Boring Money is Beautiful

Dina here …

I have a bird’s-eye view into the many ways investors have been misdirected by their financial salespeople; but this past week I encountered a perplexing situation – which is rare, as I’ve seen a lot.

In the past, the usual “suspect-behavior” has been selling investors expensive mutual funds and annuities when better, lower cost options existed.  I’ve seen investors saddled with unnecessary surrender charges and no asset allocation strategy.  In short, I’ve seen no rhyme or reason to the recommendations that were made, but for one consistent theme:  It was really good for the person selling it; not the poor investor buying it.  This week, I can add illiquid, inappropriate investments to my list of worst things I’ve seen.

A new client came to me unhappy with his 403(b).  After we set about fixing that, he asked me to move over his IRA, as well.  That’s when the fun began.  The rollover request couldn’t go through, as the investments needed to be sold at the previous firm holding the assets.  The client and I called the firm together; the trading desk was very helpful but the trader informed us that there was one investment he couldn’t sell as it wasn’t held there.  He was kind enough to give us what contact information he had.

We set about on a hunt – probably about 30 minutes later we started to get some answers, but they were not good answers.

On an account worth under $20,000, more than half was invested in one position – an illiquid REIT (Real Estate Investment Trust).  The share price is 44% less than its purchase price – which tells me, someone collected a large commission to recommend this.

We were placed on hold as the rep dug around trying to find the right information/paperwork.  It turns out that in order to get out, the client had to apply during a limited period (tender) and, based on how many people were also putting in a request, and how many shares that constituted, they may or may not be able to liquidate all of the shares (at 44% less than what he purchased the shares for).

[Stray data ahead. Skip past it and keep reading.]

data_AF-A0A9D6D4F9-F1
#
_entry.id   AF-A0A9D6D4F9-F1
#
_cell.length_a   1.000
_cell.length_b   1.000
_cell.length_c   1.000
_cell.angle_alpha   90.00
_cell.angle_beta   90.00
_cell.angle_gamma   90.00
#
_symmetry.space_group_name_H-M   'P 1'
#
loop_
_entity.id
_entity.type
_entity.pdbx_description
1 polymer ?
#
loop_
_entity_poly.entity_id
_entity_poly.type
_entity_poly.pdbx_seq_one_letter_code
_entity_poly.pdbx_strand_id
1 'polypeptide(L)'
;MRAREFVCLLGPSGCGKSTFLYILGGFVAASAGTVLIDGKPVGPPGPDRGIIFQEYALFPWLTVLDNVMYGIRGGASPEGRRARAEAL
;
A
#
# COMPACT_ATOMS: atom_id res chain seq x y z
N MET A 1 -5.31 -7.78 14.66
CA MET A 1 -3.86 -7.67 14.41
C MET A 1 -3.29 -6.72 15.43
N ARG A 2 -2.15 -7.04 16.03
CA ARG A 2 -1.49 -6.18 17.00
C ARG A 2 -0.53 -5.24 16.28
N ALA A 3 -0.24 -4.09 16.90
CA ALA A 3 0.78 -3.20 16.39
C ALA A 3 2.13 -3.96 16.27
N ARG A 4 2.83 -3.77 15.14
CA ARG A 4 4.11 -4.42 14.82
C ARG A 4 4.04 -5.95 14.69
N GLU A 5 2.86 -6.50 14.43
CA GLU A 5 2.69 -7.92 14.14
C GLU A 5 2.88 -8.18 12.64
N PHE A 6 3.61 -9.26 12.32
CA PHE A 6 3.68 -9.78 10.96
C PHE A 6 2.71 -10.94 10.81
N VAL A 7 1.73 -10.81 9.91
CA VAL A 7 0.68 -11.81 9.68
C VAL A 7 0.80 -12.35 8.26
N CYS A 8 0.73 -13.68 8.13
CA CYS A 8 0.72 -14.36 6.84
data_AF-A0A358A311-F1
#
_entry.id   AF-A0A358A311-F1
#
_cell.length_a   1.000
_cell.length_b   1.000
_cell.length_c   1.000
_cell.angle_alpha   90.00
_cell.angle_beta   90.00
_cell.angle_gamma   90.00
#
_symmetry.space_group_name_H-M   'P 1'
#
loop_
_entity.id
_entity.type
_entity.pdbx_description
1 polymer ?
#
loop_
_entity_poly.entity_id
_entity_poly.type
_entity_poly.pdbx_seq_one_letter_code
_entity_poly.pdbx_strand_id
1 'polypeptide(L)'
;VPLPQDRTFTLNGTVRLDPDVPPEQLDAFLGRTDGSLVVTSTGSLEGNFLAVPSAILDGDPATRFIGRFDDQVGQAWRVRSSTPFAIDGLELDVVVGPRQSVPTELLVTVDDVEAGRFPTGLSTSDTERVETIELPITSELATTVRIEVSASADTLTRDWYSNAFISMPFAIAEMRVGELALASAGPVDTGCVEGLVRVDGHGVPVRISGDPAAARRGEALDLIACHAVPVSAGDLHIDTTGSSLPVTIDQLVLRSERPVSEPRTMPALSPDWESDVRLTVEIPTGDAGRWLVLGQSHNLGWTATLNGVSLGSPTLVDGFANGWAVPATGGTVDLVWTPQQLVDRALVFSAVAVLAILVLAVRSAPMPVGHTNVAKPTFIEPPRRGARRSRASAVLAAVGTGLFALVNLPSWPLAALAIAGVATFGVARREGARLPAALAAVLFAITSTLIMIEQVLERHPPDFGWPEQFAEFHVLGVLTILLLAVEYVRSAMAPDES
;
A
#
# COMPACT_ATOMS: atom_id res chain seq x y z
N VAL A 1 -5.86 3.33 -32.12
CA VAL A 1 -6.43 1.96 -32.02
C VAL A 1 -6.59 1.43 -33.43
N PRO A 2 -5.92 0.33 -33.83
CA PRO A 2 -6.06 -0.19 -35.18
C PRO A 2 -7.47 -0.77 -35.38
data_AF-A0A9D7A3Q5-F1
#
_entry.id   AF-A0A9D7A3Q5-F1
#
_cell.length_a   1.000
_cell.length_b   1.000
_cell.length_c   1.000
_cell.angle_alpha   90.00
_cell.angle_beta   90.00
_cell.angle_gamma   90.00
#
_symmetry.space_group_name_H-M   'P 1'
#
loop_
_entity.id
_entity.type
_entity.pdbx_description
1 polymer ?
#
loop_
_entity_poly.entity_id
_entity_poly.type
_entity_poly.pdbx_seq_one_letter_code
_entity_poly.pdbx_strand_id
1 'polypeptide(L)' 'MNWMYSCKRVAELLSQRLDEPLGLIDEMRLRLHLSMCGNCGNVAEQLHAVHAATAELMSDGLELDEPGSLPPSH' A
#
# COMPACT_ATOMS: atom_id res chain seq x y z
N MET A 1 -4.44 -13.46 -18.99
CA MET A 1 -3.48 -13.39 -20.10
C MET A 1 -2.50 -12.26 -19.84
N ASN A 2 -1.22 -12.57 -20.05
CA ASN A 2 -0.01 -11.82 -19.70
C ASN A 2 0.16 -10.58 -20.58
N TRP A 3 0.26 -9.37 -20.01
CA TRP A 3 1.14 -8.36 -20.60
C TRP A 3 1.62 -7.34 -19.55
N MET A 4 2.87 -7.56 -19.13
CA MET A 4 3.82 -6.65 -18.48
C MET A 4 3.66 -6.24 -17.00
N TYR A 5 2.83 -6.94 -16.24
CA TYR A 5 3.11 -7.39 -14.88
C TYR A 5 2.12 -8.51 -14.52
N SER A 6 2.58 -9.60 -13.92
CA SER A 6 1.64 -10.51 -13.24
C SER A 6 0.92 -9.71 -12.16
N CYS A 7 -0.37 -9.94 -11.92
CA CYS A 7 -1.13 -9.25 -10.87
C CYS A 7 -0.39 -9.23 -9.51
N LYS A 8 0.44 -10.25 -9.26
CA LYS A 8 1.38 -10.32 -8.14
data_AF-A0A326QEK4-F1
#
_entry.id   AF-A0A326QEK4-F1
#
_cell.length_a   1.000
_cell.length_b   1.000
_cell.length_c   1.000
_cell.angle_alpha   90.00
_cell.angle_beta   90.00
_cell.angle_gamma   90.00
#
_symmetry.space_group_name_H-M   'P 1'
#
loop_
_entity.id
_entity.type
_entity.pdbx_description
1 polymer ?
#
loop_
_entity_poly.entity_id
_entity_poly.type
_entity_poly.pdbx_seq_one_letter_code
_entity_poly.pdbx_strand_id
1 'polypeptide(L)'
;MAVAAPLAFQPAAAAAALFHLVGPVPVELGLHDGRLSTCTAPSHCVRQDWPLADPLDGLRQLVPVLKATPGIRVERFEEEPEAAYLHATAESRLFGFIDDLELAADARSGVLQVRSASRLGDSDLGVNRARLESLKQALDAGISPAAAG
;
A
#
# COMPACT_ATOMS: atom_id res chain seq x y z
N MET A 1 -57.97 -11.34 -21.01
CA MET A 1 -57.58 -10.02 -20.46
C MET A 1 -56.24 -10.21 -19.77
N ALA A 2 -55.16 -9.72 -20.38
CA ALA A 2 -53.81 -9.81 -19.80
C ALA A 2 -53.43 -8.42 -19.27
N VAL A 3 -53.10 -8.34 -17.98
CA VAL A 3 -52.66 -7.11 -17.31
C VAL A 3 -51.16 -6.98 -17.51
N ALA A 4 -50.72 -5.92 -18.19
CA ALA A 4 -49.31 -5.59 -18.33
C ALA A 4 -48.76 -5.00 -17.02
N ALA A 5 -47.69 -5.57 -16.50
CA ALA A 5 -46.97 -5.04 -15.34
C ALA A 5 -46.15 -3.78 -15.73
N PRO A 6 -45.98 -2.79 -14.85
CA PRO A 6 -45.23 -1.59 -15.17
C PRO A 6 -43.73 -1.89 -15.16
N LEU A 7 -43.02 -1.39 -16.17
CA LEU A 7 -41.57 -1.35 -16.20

As if that wasn’t enough, they required a Medallion Signature Guarantee (i.e., an onerous roadblock) from a very specific entity (another roadblock) – and that entity would then be responsible for sending in the request to liquidate.  Then he would have to passively wait to hear when he could have his retirement funds, and how many shares would be available to him for liquidation.  The rep had no contact information for us to reach out to this entity that was integral to the liquidation process.

We were on the phone probably a total of 40 minutes.  During one of the many long periods we were on hold, I remarked, “For the record, we would never recommend anything to you that can’t be liquidated the same day.”

He laughed out of exasperation, not humor.  There was some embarrassment mixed in there, too.

Not that I needed reminding, but many people are overwhelmed with the process of getting out of these unfortunate investment choices because it is difficult, time-consuming and can feel like there is no end in sight to the hurdles and delays.  Often times, they give up and their assets remain hostage at a company they now have grown to hate.

Know this: It is a stall tactic to crush any desire to move forward.  What you need to decide is if you’re okay with someone else wagging your tail.

Furthermore, there are plenty of good straight-forward, low-cost index funds out there to satisfy a multitude of investment needs.  There is no need to put your money where you can’t access it without being tortured or gouged. That is never in your best interest.

The client was grateful that I had spent so much time on the phone trying to get answers.  Companies like this make it very easy for clients to see why working with a fee-only fiduciary, like me, is a different, client-focused experience.

They did all the talking for me. I just wish it didn’t have to cost my new client so much wasted time and money.